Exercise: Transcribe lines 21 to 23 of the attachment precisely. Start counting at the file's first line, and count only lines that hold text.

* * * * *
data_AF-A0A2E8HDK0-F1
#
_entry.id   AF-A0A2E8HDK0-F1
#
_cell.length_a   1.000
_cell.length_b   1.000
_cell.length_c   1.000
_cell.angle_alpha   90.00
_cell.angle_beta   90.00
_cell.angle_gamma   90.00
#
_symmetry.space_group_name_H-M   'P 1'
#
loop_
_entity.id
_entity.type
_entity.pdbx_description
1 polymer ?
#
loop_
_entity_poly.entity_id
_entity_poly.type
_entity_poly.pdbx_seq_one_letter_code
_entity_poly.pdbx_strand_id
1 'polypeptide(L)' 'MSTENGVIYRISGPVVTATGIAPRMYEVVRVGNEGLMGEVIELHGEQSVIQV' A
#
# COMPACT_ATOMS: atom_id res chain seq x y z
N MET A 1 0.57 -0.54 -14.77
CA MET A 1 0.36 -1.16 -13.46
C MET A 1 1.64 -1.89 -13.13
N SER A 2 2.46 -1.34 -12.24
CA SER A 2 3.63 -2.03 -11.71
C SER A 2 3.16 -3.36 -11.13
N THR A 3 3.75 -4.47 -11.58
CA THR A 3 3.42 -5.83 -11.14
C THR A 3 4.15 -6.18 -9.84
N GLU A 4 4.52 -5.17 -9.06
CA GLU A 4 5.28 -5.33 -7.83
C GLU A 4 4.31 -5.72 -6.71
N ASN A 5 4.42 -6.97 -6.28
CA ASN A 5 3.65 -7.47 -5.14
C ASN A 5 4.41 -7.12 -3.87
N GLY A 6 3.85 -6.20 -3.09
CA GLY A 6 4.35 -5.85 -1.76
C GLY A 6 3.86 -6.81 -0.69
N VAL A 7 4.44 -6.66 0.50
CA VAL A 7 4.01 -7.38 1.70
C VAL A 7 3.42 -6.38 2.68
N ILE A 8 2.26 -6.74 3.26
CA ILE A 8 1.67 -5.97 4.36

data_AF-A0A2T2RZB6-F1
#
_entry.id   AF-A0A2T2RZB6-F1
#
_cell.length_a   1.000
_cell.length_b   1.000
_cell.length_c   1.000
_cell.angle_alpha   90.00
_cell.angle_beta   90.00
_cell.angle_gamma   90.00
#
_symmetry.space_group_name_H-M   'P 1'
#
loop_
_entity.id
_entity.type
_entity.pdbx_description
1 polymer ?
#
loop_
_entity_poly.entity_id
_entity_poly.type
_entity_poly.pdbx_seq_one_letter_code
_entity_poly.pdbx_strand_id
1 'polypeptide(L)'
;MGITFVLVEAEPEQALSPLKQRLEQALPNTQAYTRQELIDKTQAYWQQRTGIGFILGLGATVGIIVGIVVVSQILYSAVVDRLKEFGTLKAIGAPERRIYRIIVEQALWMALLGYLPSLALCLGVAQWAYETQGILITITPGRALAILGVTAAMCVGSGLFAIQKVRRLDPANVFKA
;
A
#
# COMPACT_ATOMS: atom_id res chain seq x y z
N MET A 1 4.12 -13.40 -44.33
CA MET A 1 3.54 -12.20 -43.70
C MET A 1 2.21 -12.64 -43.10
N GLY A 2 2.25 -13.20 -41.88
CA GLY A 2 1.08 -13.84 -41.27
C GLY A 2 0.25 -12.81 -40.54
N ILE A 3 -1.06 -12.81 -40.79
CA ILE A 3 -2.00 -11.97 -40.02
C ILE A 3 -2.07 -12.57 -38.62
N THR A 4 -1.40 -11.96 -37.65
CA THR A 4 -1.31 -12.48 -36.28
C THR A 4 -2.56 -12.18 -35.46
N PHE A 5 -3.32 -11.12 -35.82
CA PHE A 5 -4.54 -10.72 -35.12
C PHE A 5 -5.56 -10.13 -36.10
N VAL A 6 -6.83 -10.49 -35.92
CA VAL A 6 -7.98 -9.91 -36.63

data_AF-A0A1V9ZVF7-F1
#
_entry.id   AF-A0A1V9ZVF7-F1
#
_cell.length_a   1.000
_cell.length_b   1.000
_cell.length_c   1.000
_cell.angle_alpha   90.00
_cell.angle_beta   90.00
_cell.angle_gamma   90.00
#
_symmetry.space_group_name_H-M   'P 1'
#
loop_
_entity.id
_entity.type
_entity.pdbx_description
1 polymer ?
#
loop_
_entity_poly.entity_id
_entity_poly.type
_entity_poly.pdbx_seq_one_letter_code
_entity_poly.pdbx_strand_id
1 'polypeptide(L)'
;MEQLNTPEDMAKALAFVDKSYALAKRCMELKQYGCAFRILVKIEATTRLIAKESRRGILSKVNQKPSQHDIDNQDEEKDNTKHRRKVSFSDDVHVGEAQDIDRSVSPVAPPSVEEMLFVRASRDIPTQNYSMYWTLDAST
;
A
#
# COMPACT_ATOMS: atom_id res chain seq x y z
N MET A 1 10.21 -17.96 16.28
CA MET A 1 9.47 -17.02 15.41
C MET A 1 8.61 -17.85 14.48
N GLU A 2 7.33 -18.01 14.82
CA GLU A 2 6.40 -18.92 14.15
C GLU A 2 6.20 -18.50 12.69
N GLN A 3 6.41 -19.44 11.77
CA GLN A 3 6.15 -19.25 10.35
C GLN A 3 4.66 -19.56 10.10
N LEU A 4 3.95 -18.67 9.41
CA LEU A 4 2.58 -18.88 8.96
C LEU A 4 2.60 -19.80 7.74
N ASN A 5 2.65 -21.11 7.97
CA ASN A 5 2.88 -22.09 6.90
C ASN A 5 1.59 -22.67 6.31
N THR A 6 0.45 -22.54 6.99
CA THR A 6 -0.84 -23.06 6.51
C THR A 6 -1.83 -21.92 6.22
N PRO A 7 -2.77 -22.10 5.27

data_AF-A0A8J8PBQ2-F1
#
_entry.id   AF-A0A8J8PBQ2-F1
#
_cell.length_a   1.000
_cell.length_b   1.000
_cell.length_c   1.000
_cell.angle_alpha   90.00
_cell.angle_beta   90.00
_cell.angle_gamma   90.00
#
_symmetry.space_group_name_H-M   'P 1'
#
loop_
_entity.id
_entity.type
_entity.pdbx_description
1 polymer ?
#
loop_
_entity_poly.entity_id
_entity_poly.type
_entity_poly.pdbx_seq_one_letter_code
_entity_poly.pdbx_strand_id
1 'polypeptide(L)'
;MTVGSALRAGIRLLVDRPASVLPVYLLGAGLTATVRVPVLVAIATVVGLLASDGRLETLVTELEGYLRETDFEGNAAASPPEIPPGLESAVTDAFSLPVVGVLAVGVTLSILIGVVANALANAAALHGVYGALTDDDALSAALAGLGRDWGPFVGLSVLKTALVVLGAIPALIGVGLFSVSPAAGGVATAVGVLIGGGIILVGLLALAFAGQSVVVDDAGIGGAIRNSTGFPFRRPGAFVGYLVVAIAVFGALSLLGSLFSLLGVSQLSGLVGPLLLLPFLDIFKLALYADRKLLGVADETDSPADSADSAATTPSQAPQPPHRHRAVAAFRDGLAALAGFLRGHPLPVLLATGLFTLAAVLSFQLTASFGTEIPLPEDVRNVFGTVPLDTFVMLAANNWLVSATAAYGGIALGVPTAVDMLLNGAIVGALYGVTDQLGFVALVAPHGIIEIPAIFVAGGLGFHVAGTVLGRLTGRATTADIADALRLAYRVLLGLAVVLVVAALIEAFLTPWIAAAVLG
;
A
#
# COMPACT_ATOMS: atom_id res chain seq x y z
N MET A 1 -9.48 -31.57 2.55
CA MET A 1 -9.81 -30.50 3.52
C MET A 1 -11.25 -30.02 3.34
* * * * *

_entity_poly.entity_id
_entity_poly.type
_entity_poly.pdbx_seq_one_letter_code